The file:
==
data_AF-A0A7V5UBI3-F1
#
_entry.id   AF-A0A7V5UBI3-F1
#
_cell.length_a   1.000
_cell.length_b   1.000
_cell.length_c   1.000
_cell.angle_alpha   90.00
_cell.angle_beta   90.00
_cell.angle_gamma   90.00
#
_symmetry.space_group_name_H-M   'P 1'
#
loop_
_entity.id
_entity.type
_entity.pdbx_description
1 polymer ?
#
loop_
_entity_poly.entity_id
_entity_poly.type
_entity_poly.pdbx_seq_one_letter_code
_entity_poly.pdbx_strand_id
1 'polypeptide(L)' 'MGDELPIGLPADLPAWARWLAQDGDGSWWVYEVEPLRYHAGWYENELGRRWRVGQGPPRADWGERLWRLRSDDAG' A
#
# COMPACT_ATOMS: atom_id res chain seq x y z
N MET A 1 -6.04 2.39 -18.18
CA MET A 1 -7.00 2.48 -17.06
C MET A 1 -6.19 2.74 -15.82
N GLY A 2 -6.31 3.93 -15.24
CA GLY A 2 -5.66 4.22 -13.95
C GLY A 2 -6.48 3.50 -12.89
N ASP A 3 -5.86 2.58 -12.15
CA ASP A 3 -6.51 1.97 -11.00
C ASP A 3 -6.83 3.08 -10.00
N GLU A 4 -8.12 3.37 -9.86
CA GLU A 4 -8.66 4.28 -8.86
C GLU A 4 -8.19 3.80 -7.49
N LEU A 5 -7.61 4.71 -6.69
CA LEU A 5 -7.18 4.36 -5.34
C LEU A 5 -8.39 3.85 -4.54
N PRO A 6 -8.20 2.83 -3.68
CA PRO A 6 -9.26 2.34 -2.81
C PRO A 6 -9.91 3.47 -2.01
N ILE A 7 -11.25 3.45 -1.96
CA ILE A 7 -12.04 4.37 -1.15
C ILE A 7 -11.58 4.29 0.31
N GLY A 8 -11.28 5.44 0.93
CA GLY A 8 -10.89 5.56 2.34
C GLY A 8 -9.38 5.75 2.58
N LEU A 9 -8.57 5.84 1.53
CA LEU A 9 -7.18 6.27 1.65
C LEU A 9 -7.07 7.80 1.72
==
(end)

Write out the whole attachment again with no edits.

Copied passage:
data_AF-A0A7V5UBI3-F1
#
_entry.id   AF-A0A7V5UBI3-F1
#
_cell.length_a   1.000
_cell.length_b   1.000
_cell.length_c   1.000
_cell.angle_alpha   90.00
_cell.angle_beta   90.00
_cell.angle_gamma   90.00
#
_symmetry.space_group_name_H-M   'P 1'
#
loop_
_entity.id
_entity.type
_entity.pdbx_description
1 polymer ?
#
loop_
_entity_poly.entity_id
_entity_poly.type
_entity_poly.pdbx_seq_one_letter_code
_entity_poly.pdbx_strand_id
1 'polypeptide(L)' 'MGDELPIGLPADLPAWARWLAQDGDGSWWVYEVEPLRYHAGWYENELGRRWRVGQGPPRADWGERLWRLRSDDAG' A
#
# COMPACT_ATOMS: atom_id res chain seq x y z
N MET A 1 -6.04 2.39 -18.18
CA MET A 1 -7.00 2.48 -17.06
C MET A 1 -6.19 2.74 -15.82
N GLY A 2 -6.31 3.93 -15.24
CA GLY A 2 -5.66 4.22 -13.95
C GLY A 2 -6.48 3.50 -12.89
N ASP A 3 -5.86 2.58 -12.15
CA ASP A 3 -6.51 1.97 -11.00
C ASP A 3 -6.83 3.08 -10.00
N GLU A 4 -8.12 3.37 -9.86
CA GLU A 4 -8.66 4.28 -8.86
C GLU A 4 -8.19 3.80 -7.49
N LEU A 5 -7.61 4.71 -6.69
CA LEU A 5 -7.18 4.36 -5.34
C LEU A 5 -8.39 3.85 -4.54
N PRO A 6 -8.20 2.83 -3.68
CA PRO A 6 -9.26 2.34 -2.81
C PRO A 6 -9.91 3.47 -2.01
N ILE A 7 -11.25 3.45 -1.96
CA ILE A 7 -12.04 4.37 -1.15
C ILE A 7 -11.58 4.29 0.31
N GLY A 8 -11.28 5.44 0.93
CA GLY A 8 -10.89 5.56 2.34
C GLY A 8 -9.38 5.75 2.58
N LEU A 9 -8.57 5.84 1.53
CA LEU A 9 -7.18 6.27 1.65
C LEU A 9 -7.07 7.80 1.72